I've been working with handmade paper more and more. Each type reacts differently to each media. This paper is really bizarre. It was given to me my Grandmother and had a label describing it as Lupa with Abaca strings. I looked it up and it's a handmade paper from the Phillipines. One side is smooth and the other has these strings running parallel through it. It's quite rough so it wasn't easy making smooth lines like I need to do. I can't not make smooth lines! So that offered quite a challenge, but it was fun. I love finding media that works with these strange papers. I used Caran d'Ache watercolor crayons, watercolor, and graphite. The watercolor crayons helped me create the smooth line. The paper did not absorb the watercolor much at all. The paint just stained the paper, but I tried to figure out how to make that work to my advantage.

Tuesday, April 18, 2017

Colored Embryo

Color Embryo #1, watercolor on paper, copyright Nina Leung, 2017
 I love the idea of cells reproducing on their own and creating new life or different life. This is what I imagine it looks like if done with color. Beginning with a large sac, embryos form and stretch and begin to pull away from the "mother" cell and are then on their own. I believe this actually happens, that some organisms can reproduce on their own and create new life.

Color Embryo #2, watercolor on paper, copyright Nina Leung, 2017
   This happening has always been of great interest to me. It's been an ongoing topic in my work for years. It always bothered me that people would immediately conclude that my interest was purely because I was interested in reproducing myself which was not the case. This subject of cell reproduction has been under exploration before I had children, during, and afterwards and I never related the two. Strange as that may sound, I view the two completely differently even though I know they are directly related.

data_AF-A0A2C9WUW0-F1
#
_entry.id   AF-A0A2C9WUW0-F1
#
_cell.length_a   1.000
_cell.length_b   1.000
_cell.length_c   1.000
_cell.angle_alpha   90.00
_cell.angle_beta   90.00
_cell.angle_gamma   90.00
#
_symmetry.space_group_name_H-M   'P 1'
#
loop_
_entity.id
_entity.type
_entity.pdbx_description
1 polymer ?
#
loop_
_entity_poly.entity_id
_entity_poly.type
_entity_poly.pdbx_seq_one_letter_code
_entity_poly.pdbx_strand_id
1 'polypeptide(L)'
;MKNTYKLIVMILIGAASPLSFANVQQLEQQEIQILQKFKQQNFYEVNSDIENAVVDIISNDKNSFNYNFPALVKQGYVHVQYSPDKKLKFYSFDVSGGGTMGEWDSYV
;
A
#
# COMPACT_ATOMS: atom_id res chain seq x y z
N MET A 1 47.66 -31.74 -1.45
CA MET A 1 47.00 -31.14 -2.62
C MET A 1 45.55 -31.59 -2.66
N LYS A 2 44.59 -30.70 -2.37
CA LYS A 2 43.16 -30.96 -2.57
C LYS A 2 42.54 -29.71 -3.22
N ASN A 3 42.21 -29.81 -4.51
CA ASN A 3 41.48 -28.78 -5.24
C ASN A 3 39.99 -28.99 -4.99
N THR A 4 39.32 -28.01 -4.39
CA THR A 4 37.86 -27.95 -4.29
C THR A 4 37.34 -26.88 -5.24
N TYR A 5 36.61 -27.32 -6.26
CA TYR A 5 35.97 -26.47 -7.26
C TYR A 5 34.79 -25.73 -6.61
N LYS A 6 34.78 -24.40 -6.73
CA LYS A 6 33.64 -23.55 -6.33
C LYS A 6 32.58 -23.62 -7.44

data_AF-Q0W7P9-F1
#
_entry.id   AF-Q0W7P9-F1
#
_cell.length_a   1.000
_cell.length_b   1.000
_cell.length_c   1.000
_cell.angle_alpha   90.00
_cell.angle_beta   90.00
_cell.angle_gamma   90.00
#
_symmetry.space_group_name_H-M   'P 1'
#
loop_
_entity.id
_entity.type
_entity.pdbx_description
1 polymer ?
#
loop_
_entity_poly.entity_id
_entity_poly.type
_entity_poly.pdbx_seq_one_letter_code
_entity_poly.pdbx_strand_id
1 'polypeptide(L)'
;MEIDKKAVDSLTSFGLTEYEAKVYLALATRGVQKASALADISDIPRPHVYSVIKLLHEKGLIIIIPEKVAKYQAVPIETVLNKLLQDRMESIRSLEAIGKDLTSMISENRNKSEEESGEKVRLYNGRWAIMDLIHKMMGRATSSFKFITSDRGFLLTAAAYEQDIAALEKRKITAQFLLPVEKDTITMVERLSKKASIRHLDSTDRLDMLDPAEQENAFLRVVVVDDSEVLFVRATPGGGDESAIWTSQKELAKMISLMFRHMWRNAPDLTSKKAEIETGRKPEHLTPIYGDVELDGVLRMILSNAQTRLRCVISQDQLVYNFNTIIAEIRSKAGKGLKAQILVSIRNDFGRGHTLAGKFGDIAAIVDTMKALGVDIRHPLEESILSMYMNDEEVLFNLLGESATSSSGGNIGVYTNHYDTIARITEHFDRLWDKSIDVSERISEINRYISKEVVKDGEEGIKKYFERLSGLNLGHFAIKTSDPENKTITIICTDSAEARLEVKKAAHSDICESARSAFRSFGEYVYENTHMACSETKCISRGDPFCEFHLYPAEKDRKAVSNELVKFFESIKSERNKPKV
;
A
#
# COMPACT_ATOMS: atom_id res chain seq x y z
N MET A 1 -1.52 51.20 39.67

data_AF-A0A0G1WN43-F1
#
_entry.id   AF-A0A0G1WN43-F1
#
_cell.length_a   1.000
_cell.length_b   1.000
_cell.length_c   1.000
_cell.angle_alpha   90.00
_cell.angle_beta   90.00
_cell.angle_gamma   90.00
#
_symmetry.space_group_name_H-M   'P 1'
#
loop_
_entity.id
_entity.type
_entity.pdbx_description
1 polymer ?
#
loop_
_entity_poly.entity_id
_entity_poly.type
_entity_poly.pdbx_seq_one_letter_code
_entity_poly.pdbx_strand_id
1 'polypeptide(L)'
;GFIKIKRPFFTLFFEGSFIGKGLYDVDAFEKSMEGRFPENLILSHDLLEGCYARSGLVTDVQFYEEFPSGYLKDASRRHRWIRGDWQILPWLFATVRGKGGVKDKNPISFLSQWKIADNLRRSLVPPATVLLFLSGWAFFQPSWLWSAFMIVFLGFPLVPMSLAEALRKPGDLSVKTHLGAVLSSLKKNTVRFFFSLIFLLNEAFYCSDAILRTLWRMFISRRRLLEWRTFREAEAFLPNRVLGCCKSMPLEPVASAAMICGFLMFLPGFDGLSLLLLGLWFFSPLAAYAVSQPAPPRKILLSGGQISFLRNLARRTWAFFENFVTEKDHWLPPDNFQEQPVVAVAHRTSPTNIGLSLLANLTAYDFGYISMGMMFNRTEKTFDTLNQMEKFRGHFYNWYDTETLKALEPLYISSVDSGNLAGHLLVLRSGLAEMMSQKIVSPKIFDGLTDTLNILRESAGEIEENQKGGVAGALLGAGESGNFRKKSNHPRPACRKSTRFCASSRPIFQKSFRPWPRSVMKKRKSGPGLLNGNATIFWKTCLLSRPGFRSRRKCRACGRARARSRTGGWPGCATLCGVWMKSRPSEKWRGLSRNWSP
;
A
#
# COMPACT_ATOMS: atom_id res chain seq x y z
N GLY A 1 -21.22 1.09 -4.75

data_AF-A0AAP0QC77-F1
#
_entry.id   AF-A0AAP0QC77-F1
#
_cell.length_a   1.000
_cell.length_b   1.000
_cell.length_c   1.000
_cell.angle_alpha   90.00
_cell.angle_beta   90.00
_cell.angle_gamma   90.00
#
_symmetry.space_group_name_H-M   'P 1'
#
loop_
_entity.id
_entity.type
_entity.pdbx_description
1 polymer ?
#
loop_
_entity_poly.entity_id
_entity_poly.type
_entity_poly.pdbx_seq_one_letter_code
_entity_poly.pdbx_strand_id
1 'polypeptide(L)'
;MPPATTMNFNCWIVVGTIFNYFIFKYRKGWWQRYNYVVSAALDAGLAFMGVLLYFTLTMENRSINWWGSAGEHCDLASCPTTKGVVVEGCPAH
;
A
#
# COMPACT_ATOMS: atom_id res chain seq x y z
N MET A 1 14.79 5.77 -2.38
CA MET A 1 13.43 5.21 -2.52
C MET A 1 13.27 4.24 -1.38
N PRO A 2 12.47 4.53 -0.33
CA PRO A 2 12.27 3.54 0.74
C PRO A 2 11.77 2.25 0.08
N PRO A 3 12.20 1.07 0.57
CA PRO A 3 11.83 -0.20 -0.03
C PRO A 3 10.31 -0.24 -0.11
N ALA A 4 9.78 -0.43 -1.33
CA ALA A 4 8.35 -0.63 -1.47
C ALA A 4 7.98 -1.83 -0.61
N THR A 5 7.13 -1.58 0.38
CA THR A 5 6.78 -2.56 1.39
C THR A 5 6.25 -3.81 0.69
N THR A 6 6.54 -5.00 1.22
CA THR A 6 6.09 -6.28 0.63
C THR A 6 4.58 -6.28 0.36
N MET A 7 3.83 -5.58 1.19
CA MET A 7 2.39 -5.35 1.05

Color Embryo #3, watercolor on paper, copyright Nina Leung, 2017
  What's happening here, in my paintings, is an imagined molecular state where I can experiment with fluid forms and play with shapes and colors in endless ways. I love creating organic shapes or shapes that are impossible in reality.

Tuesday, April 11, 2017

Complex Organisms

Scipio, watercolor and graphite on handmade paper, copyright Nina Leung, 2017
  I've had a grand time with these guys. I've realized, since my last post, how wonderful and even freeing it is to limit the palette. This time around, I limited myself to only yellow, green, and pink/red. Though the yellows are more of a yellow-green and the greens, green-yellow. I'm pushing for the split complementary. What a wonderful way to color combine. And since I decided on this palette, I'm seeing it everywhere! It's in our front yard with a yellow blooming shrub next to a lavender plant blooming fuchsia, it's up the street where I see a yellow and green striped aloe next to tiny pink wildflowers. There's a reason we mimic nature, our eyes love it!